The JOBS Act of 2012 came into law in April 2012. On May 16, 2016, the SEC regulations that will permit the sale of equity securities under the so-called “Crowdfunding” exemption contained in Title III of the JOBS Act comes into force.
The Crowdfunding exemption will permit companies to raise up to $1,000,000 in any 12-month period using an authorized “funding portal." If the amount of the offering is more than $100,000, but not more than $500,000, financial statements reviewed by an independent CPA must be provided; and if the offering exceeds $500,000, audited financial statements must be provided (except the first time a company relies on this exception when reviewed financial statements may be used). For this reason, we suspect most offerings will not exceed $100,000 (which requires only financial statements certified by the CEO plus the most recent tax return).
Securities can only be offered through a funding portal that has been registered with the SEC and licensed by FINRA.
The amount an individual may invest in any 12-month period is also limited to (i) the greater of $2,000 or 5% of annual income or net worth (if either is less than $100,000), or (ii) 10% of net income or net worth (if either is greater than $100,000), but not more than $100,000 in total. Thankfully, the SEC has allowed individuals to self-certify their compliance with this limitation.
However, most small companies do not become big companies or targets for larger companies to acquire. Picking “winners” is not easy (even for experienced investors). The funding portals are not allowed to actively “promote” the companies whose securities they offer; they operate more like a storefront. However, over time, funding portals with “success stories” may develop reputations for picking winners and, as such, will likely attract more investor interest in companies appearing on their portals.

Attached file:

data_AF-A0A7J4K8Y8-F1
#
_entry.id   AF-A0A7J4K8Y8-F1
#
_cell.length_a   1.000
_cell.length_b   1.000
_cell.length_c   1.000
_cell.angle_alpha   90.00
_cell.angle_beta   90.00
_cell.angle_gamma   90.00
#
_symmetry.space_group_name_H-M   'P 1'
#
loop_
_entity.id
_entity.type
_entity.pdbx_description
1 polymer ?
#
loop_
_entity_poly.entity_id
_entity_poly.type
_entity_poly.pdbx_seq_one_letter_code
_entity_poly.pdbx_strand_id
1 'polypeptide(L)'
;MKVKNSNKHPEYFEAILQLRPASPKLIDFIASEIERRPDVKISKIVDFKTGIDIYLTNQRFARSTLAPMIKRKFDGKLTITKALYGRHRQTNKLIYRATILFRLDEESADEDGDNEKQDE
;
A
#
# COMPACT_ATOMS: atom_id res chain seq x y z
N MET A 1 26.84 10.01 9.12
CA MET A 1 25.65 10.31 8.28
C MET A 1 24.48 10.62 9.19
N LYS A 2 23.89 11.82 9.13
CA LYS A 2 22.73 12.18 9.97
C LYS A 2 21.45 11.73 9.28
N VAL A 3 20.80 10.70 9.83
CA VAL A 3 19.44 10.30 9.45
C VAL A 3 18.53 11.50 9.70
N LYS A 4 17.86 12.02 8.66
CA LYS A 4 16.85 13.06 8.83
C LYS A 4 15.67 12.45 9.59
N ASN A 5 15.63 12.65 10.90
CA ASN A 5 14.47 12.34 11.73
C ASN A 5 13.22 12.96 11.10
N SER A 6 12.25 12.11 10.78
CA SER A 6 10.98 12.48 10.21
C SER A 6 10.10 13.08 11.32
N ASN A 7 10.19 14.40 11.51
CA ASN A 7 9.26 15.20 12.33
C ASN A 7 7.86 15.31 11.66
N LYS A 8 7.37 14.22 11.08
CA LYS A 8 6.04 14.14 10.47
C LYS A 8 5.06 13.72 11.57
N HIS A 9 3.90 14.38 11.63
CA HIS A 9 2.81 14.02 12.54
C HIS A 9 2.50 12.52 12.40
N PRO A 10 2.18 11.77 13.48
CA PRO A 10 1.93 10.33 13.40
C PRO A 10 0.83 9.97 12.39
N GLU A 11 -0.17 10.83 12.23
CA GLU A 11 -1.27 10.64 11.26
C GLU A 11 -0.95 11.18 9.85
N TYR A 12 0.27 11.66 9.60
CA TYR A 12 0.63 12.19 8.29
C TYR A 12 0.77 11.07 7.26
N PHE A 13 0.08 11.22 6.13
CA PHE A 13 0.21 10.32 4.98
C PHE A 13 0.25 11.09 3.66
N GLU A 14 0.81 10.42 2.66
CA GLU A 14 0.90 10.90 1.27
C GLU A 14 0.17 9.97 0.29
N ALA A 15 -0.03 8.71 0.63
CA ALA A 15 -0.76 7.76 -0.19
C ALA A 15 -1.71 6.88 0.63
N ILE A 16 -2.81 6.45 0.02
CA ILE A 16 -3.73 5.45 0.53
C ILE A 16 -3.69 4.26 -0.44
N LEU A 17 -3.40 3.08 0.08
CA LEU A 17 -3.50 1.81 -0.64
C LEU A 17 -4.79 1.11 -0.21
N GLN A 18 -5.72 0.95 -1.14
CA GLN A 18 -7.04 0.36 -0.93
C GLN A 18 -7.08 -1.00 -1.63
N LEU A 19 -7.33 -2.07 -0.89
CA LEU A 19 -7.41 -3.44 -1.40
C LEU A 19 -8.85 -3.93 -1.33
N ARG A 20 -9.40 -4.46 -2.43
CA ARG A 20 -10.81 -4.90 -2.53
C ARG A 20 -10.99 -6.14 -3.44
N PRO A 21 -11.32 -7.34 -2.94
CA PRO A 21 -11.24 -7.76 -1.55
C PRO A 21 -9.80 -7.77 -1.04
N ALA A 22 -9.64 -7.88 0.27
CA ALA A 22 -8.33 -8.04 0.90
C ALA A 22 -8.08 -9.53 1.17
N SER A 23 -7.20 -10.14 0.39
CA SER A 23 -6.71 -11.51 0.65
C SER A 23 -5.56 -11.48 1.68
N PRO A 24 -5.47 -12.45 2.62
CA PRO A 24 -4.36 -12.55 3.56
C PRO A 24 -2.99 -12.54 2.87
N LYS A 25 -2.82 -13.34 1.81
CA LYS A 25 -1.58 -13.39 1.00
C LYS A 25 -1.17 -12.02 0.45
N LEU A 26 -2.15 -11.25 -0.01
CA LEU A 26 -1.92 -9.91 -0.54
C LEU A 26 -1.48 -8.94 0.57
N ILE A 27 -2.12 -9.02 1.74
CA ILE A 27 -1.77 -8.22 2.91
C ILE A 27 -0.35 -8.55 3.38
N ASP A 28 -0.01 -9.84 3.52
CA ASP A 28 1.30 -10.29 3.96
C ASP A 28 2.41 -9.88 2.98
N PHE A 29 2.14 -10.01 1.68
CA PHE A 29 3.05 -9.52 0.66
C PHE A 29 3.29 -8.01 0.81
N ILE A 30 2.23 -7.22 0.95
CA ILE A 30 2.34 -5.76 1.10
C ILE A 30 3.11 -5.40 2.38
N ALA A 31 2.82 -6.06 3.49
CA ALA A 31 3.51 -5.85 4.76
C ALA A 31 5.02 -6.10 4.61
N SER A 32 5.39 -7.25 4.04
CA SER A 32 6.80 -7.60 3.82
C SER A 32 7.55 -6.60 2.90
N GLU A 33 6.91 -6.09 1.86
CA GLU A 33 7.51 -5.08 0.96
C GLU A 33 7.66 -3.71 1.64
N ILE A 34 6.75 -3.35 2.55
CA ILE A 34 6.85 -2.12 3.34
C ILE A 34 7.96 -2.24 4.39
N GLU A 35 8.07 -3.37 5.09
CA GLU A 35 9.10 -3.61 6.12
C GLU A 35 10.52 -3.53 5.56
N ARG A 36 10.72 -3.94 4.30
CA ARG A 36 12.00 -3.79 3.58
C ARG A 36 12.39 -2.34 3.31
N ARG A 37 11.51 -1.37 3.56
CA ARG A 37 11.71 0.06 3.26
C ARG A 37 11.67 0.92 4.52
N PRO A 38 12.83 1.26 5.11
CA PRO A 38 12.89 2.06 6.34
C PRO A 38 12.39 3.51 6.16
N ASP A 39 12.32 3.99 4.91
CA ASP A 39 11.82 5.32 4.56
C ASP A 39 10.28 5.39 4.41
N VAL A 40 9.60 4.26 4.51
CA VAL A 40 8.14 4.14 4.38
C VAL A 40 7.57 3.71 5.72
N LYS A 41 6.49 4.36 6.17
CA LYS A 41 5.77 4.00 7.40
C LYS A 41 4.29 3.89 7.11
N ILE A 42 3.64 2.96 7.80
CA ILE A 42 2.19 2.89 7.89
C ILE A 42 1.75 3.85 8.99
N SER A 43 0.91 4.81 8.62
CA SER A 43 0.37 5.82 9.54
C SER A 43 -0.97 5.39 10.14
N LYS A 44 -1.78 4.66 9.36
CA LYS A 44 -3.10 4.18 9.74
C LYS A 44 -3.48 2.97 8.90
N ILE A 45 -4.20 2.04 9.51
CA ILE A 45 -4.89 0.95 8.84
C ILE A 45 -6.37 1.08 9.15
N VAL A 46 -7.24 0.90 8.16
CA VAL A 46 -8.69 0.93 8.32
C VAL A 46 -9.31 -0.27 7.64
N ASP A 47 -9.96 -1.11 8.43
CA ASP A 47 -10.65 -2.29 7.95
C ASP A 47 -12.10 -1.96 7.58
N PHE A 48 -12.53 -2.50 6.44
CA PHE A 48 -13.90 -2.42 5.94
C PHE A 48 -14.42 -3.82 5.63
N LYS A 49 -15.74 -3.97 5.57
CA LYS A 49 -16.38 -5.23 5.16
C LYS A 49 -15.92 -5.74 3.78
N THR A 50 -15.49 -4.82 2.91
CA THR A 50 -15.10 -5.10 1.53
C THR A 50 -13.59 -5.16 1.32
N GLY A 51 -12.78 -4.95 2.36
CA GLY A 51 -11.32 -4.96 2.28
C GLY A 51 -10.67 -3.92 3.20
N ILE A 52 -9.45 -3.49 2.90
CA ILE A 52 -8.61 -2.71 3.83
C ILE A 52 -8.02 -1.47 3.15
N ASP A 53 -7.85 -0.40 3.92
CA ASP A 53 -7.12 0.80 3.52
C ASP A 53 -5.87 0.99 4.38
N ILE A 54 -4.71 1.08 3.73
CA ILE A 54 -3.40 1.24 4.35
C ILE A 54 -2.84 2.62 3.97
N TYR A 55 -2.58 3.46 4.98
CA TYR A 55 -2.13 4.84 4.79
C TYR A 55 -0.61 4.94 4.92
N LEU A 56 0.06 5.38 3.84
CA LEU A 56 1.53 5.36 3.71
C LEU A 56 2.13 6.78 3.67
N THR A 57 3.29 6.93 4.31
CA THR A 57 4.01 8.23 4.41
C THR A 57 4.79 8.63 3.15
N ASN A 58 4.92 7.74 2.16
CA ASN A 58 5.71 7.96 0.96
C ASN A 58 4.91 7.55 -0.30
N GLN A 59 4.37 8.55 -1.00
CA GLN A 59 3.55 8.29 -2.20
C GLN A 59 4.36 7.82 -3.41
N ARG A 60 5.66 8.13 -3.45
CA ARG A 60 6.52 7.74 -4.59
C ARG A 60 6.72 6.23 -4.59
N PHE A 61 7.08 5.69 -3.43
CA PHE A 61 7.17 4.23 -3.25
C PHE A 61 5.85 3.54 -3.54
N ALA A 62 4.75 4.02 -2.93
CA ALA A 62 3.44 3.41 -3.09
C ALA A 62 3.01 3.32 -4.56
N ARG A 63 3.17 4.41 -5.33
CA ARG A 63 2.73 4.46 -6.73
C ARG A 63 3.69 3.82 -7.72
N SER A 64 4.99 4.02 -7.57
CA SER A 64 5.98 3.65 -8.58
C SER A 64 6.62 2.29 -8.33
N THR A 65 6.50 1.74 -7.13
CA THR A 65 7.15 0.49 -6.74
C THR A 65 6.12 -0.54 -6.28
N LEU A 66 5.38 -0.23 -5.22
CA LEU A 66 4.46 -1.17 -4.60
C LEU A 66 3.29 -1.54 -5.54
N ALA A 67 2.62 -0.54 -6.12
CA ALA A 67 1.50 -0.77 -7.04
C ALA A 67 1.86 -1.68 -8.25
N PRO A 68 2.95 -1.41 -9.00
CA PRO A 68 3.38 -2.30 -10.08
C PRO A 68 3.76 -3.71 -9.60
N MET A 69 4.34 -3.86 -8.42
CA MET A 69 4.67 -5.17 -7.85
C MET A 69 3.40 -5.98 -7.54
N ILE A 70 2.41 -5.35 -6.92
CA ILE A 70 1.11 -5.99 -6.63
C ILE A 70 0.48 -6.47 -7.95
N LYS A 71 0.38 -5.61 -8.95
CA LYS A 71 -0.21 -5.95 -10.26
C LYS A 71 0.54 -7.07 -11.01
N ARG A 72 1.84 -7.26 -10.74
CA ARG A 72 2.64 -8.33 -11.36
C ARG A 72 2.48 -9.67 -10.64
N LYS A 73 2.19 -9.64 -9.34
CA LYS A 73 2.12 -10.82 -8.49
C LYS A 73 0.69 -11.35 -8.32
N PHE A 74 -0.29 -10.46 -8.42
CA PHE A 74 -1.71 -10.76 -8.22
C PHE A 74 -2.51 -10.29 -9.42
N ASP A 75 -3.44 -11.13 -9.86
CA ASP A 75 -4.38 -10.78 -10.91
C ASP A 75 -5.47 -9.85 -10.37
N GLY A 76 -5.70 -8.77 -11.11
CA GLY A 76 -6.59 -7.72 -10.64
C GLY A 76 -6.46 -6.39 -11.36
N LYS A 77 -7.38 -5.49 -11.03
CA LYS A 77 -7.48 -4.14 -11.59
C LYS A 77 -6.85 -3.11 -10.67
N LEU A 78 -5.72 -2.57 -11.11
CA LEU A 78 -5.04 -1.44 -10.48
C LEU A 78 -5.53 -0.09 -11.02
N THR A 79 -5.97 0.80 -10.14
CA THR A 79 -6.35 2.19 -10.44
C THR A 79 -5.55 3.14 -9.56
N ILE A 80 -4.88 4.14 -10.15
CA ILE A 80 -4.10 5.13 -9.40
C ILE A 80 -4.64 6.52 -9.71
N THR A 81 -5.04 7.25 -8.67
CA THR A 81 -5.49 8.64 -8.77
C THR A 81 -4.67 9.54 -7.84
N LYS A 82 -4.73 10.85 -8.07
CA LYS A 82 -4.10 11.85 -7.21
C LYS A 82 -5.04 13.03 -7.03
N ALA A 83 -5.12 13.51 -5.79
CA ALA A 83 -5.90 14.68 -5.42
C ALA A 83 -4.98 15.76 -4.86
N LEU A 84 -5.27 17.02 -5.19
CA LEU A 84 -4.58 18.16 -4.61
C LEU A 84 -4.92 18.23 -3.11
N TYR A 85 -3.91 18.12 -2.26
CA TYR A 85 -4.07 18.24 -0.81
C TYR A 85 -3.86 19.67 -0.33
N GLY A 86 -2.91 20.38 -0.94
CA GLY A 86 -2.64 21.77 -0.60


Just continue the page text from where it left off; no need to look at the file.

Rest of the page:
Despite the hype, Crowdfunding will not be for everyone. In particular, businesses that will require substantial follow-on financing should be very careful. Later stage investors (including angel investors) may be reluctant to invest in companies that have used Crowdfunding and have a large number of inexperienced shareholders.
Having said that, hopes are high that the first significant change to US securities laws since 1933 will help offset the difficulties small businesses face in securing capital, something which has only become harder since 2008. In particular, we think Crowdfunding will be of value to help:
- Companies with a specifically local reach or appeal;
- Companies with a dedicated “community” of followers for its products or services; and
- Companies that do not need to raise capital in large amounts.
For more information contact Simon Inman at firstname.lastname@example.org or at (707) 526-4200.